Pope meets his predecessor for first time in history

The meeting will mark the the first time a pontiff has met his predecessor.

The talks round off a historic few weeks for the Roman Catholic Church after Benedict became the first pope to resign in over 700 years and only the second to do so by choice in 2 000 years.

The last pope to resign – Celestine V in 1294 – was locked up and perhaps killed off by his successor Boniface VIII and there is no record of the two ever meeting post-resignation.

Highlighting the unusual nature of the encounter, both men are expected to wear white papal vestments since Benedict has been allowed to continue wearing his pontifical robes as well as using the title "Your Holiness".

Cardinals in a conclave in the Sistine Chapel last week elected Francis as his replacement – Latin America's first pontiff and the first non-European pontiff in nearly 1 300 years.

The Vatican said Benedict followed television news coverage of Francis's election from Castel Gandolfo, the lakeside residence where he has been staying ever since he stepped down.

The talks are private and the Vatican has said very little is likely to emerge about their content – with any number of urgent issues for a troubled Roman Catholic Church possibly on the agenda.

Francis's helicopter was seen landing near the palace, which has been the papal summer residence for centuries.

The Vatican said Benedict was there to greet Francis along with household staff and that the two would have lunch.

The two men – Francis is 76 and Benedict is 85 – have very different styles but important core similarities on matters of doctrine and ways forward for the Church after Benedict's often troubled eight-year pontificate.

Francis has paid homage to Benedict and has called him twice since becoming pope.

A simple pilgrim
Analysts say he will rely heavily on the theological legacy of the former pope.

Benedict, before he stepped down, pledged allegiance to whoever his successor might be.

The two leaders of the world's 1.2-billion Catholics are both preoccupied with issues ranging from rising secularism in Western countries, to the reform of Vatican bureaucracy, to the ongoing scandal of clerical child abuse.

The two could also discuss "Vatileaks" – a scandal that broke last year over the leaking of hundreds of confidential papal documents that revealed allegations of intrigue and corruption inside the secretive Vatican.

Benedict has said he will live "hidden from the world" as a "simple pilgrim" on life's last journey and is expected next month to move back and live in a former nunnery on Vatican grounds in a life of quiet contemplation and academic research.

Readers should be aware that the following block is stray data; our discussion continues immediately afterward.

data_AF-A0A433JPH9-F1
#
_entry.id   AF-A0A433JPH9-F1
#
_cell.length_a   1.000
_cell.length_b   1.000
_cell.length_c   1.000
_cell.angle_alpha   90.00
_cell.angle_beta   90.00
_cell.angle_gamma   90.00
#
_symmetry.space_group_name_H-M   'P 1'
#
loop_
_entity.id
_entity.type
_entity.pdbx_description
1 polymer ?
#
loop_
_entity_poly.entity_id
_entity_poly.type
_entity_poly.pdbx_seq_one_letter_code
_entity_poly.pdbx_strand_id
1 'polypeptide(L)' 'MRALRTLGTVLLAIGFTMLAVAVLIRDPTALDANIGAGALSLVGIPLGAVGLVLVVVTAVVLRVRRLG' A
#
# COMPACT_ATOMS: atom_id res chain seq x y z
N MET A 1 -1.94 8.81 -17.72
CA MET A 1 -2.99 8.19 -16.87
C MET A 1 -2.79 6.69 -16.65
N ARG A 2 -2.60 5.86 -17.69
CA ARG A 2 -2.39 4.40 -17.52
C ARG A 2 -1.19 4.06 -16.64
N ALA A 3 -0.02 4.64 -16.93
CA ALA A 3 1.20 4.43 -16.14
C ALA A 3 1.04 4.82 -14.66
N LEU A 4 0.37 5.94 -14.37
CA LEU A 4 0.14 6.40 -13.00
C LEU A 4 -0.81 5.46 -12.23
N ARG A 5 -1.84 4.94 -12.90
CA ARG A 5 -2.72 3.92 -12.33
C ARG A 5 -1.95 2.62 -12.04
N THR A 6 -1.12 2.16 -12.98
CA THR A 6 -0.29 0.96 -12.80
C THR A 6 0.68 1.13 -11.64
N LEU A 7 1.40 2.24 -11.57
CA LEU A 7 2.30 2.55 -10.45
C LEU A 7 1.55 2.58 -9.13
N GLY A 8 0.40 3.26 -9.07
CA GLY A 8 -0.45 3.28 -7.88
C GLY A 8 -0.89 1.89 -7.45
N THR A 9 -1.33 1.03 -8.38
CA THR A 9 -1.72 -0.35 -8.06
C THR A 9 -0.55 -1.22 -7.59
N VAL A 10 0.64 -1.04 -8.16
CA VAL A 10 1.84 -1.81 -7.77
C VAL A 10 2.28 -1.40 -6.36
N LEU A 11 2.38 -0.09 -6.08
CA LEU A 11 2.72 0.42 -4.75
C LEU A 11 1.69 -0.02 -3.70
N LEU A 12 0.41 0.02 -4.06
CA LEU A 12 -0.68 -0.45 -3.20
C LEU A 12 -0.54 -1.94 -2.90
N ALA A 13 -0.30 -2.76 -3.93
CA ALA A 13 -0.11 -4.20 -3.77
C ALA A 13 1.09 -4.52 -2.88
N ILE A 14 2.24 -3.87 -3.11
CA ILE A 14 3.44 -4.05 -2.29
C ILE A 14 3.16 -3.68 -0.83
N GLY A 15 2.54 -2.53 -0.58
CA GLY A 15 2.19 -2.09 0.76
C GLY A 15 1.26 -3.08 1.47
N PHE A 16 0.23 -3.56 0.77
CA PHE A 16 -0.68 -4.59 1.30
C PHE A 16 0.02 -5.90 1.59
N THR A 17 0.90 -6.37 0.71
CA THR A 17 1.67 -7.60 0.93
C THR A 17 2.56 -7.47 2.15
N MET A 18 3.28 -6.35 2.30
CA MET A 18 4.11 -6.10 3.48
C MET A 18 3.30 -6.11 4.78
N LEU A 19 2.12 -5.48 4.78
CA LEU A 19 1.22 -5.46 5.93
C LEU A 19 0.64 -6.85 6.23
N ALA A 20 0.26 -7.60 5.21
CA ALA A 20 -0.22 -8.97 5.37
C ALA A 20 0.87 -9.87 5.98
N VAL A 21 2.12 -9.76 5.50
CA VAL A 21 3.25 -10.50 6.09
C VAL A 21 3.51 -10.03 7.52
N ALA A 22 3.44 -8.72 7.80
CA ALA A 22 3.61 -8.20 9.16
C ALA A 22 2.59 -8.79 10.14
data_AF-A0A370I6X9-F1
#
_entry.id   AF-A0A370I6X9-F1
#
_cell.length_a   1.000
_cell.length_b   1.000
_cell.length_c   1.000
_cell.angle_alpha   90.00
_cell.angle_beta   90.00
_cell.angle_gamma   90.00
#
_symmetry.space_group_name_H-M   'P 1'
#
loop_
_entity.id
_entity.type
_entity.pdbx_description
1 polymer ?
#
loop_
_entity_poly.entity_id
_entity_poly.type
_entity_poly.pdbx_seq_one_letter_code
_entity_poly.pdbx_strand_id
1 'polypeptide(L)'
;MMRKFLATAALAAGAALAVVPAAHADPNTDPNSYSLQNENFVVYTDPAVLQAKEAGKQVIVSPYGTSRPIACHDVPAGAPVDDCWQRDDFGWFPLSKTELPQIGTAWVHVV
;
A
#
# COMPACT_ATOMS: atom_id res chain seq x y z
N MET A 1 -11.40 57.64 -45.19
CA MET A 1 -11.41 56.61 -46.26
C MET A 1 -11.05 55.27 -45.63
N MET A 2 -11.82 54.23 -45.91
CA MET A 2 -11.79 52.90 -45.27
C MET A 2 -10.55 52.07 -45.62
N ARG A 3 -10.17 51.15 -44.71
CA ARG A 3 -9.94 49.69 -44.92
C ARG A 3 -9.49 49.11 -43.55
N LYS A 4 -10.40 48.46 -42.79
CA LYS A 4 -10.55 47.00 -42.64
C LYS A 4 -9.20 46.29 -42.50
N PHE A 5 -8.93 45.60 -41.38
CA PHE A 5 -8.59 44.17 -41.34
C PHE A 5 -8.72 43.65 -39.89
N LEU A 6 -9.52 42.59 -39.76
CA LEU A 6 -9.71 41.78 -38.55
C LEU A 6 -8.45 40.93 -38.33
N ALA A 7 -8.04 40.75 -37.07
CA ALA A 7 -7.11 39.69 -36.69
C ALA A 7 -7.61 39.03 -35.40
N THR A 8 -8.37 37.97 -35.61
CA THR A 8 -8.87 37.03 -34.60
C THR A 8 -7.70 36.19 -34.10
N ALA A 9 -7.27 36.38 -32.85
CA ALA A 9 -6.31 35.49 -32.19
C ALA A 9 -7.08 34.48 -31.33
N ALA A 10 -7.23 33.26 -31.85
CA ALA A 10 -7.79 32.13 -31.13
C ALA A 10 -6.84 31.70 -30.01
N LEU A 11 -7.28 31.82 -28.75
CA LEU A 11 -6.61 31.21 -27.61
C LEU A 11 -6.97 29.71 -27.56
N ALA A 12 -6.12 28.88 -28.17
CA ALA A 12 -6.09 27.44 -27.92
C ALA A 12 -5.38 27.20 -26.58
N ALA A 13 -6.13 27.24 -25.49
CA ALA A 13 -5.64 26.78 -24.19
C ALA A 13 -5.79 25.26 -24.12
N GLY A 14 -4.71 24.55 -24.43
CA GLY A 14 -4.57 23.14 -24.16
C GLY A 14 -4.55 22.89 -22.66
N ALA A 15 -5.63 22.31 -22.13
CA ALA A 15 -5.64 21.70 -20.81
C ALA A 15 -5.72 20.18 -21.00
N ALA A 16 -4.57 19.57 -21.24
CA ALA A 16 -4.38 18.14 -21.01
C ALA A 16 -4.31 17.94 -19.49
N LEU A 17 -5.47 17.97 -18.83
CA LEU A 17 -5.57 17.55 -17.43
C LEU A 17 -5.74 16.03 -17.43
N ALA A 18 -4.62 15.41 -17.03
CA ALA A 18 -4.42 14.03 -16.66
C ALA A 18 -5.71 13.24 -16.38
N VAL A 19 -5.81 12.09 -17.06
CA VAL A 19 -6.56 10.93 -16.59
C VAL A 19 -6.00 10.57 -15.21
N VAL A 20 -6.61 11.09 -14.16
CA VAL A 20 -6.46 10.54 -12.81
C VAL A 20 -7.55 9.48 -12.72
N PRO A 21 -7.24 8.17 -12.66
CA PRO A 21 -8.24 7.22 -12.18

But the Vatican has said he could also provide "spiritual guidance" to his successor.

Benedict is living temporarily in Castel Gandolfo with his secretary Georg Gaenswein – who confusingly is also the head of his successor's papal household – and with the four housekeepers who looked after him when he was still pope.

Francis, formerly Jorge Bergoglio, has known Benedict for a long time.

At the 2005 conclave, Bergoglio was the main rival to Joseph Ratzinger, the future Benedict XVI, and represented a more socially progressive current among the cardinals but reports at the time indicated that he pulled out of the race.

While Ratzinger was reserved in public, Bergoglio is more spontaneous and people-friendly and has shunned some of the trappings of papal office.

Ratzinger was more a follower of tradition and never liked innovation.

More direct style
But the two are very alike on doctrine and several of Francis's remarks in the first days of his papacy have been borrowed from his predecessor.

Both are opposed to gay marriage, abortion and euthanasia – which Catholic believers considers a form of interference with God's "creation".

Francis's popularity is being seen with bitterness in some quarters in the Vatican where the memory of Benedict still shines strongly, unlike for many ordinary Catholics who have said they prefer the new pope's more direct style.

When he takes up residence in the Vatican, Benedict will be just a stone's throw from Francis – an unexpected and delicate situation for the Church.

"This papacy will be rooted in Benedict's teachings," Samuel Gregg from the US-based Acton Institute religious think tank said earlier.

"For the past 25 years, he has been the main intellectual force in the Church," he said.

But at least for some people, Benedict is already being written out of the record.

Postcards on sale around the Vatican in recent days show a smiling Francis next to a picture of the ever-popular John Paul II – with no depiction of the pope in between, Benedict. – Sapa-AFP.

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Dario Thuburn
Dario Thuburn
Scribbler for AFP news agency

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